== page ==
Friday, 30 March 2012

My Sister the Poet

I am sitting alone in her room, again. This is the room where she writes. There is a lamp, a window, a gauzy curtain, an empty bowl of cereal with spoonfuls of milk left inside.
There are one or two bookshelves (stuffed to the gills) and a typewriter, a selection of pencils: it’s neither a study or an office, though, but a private space. The ghosts of words faintly traced into the wood grain of the tabletop appear wherever the light lands in front of me. I am surrounded by her things, little objects she has touched and moved around many times like so many talismans (which she told me once, standing on the lawn outside, came from the Greek word "telein" which means "to initiate into mysteries"). I can see her fingerprints on these picture frames, this loose button, this seashell with its pink underbelly. I am not quite trespassing so much as interloping, here, sitting in her place, waiting for her, ostensibly to ask her some nothing question about the time, or about the weather, or about a phone number I've forgotten. I'm doing what I assume she does, whenever she's in here, waiting for words and images to come. Cozing up to them, sneakily.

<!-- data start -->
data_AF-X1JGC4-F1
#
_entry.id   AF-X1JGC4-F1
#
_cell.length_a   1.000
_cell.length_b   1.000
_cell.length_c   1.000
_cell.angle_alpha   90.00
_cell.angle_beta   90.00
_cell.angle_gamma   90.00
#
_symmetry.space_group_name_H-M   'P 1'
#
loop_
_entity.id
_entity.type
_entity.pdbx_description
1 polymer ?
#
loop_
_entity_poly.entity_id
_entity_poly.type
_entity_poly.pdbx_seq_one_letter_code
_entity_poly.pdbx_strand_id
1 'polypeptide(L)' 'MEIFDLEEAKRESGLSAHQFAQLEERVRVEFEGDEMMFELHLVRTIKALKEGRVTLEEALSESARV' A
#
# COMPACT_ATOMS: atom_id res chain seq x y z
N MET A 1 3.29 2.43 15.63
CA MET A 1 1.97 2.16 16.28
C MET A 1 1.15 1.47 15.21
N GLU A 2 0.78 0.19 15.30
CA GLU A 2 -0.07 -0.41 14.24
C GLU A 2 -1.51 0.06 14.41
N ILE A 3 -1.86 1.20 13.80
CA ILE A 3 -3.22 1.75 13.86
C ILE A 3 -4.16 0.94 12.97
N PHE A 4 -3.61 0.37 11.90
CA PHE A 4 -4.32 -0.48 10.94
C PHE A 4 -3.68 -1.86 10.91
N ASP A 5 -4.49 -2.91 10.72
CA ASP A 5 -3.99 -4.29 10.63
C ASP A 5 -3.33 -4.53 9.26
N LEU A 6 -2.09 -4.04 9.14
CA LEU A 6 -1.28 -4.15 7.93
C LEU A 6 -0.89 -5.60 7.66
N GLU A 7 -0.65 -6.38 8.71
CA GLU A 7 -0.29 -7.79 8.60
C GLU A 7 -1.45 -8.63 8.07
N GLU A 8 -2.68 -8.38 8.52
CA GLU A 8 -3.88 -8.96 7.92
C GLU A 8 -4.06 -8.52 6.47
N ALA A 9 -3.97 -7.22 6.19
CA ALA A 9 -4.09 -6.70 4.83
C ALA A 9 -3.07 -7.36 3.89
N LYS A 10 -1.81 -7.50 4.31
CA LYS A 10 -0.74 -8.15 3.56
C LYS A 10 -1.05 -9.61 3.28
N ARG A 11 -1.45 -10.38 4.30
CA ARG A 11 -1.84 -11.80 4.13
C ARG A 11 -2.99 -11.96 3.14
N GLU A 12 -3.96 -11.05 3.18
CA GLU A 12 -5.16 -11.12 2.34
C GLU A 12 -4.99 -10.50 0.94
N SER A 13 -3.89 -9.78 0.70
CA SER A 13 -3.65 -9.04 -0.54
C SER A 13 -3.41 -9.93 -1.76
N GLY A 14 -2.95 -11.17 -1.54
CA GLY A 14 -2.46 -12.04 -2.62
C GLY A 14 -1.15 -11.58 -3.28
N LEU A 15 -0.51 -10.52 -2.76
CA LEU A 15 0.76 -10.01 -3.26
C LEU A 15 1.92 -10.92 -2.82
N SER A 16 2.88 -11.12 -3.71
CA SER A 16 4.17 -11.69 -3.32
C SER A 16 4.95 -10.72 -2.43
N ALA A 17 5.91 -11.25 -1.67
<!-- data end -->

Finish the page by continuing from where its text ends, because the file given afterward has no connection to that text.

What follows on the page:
I sit here at her desk, but she is not here with me. I think I can hear her faintly, pacing, humming under her breath while she feeds the cat and waits for the kettle to rumble and click. And so I just bide my time before she comes back again and asks me to leave. I prepare myself for this dismissal, for the smile she'll shoot me, which will take me bashfully from her seat with the creak in its legs. It's a sound I sometimes hear elsewhere in the house, this creaking, coming through the walls, telling me she's hard at work. So I lean back a few times, trying to get it exactly right, this sound that is hers alone. I relax carefully into that chair, calling its owner back to me.    

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